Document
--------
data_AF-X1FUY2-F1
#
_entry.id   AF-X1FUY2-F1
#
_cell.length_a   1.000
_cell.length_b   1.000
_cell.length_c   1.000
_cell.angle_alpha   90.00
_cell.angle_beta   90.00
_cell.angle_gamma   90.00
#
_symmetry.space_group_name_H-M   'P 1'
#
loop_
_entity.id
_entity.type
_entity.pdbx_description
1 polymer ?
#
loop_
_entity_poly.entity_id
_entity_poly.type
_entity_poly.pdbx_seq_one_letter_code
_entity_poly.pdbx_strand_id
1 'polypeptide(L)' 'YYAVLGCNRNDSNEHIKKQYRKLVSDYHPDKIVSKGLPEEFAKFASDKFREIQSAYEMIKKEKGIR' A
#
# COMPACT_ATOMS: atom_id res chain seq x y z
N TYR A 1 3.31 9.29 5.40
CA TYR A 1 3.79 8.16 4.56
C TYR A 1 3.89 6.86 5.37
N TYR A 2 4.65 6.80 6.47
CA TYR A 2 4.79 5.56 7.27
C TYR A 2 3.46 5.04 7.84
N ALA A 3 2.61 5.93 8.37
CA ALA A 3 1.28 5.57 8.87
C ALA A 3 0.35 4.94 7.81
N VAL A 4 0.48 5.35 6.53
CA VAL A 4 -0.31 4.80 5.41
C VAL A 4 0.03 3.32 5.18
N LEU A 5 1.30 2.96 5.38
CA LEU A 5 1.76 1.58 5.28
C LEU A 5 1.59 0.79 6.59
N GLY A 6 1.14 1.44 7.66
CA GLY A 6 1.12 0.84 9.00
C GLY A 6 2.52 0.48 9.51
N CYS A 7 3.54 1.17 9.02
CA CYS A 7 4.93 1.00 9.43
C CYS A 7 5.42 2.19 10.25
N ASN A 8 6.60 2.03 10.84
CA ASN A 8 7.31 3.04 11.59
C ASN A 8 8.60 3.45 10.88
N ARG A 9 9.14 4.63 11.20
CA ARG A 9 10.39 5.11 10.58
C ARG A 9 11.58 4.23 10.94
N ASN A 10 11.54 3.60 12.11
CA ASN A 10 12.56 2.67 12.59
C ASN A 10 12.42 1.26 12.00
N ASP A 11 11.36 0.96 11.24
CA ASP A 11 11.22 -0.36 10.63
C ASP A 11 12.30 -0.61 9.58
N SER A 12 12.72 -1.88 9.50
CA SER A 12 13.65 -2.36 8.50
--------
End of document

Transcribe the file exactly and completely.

data_AF-X1FUY2-F1
#
_entry.id   AF-X1FUY2-F1
#
_cell.length_a   1.000
_cell.length_b   1.000
_cell.length_c   1.000
_cell.angle_alpha   90.00
_cell.angle_beta   90.00
_cell.angle_gamma   90.00
#
_symmetry.space_group_name_H-M   'P 1'
#
loop_
_entity.id
_entity.type
_entity.pdbx_description
1 polymer ?
#
loop_
_entity_poly.entity_id
_entity_poly.type
_entity_poly.pdbx_seq_one_letter_code
_entity_poly.pdbx_strand_id
1 'polypeptide(L)' 'YYAVLGCNRNDSNEHIKKQYRKLVSDYHPDKIVSKGLPEEFAKFASDKFREIQSAYEMIKKEKGIR' A
#
# COMPACT_ATOMS: atom_id res chain seq x y z
N TYR A 1 3.31 9.29 5.40
CA TYR A 1 3.79 8.16 4.56
C TYR A 1 3.89 6.86 5.37
N TYR A 2 4.65 6.80 6.47
CA TYR A 2 4.79 5.56 7.27
C TYR A 2 3.46 5.04 7.84
N ALA A 3 2.61 5.93 8.37
CA ALA A 3 1.28 5.57 8.87
C ALA A 3 0.35 4.94 7.81
N VAL A 4 0.48 5.35 6.53
CA VAL A 4 -0.31 4.80 5.41
C VAL A 4 0.03 3.32 5.18
N LEU A 5 1.30 2.96 5.38
CA LEU A 5 1.76 1.58 5.28
C LEU A 5 1.59 0.79 6.59
N GLY A 6 1.14 1.44 7.66
CA GLY A 6 1.12 0.84 9.00
C GLY A 6 2.52 0.48 9.51
N CYS A 7 3.54 1.17 9.02
CA CYS A 7 4.93 1.00 9.43
C CYS A 7 5.42 2.19 10.25
N ASN A 8 6.60 2.03 10.84
CA ASN A 8 7.31 3.04 11.59
C ASN A 8 8.60 3.45 10.88
N ARG A 9 9.14 4.63 11.20
CA ARG A 9 10.39 5.11 10.58
C ARG A 9 11.58 4.23 10.94
N ASN A 10 11.54 3.60 12.11
CA ASN A 10 12.56 2.67 12.59
C ASN A 10 12.42 1.26 12.00
N ASP A 11 11.36 0.96 11.24
CA ASP A 11 11.22 -0.36 10.63
C ASP A 11 12.30 -0.61 9.58
N SER A 12 12.72 -1.88 9.50
CA SER A 12 13.65 -2.36 8.50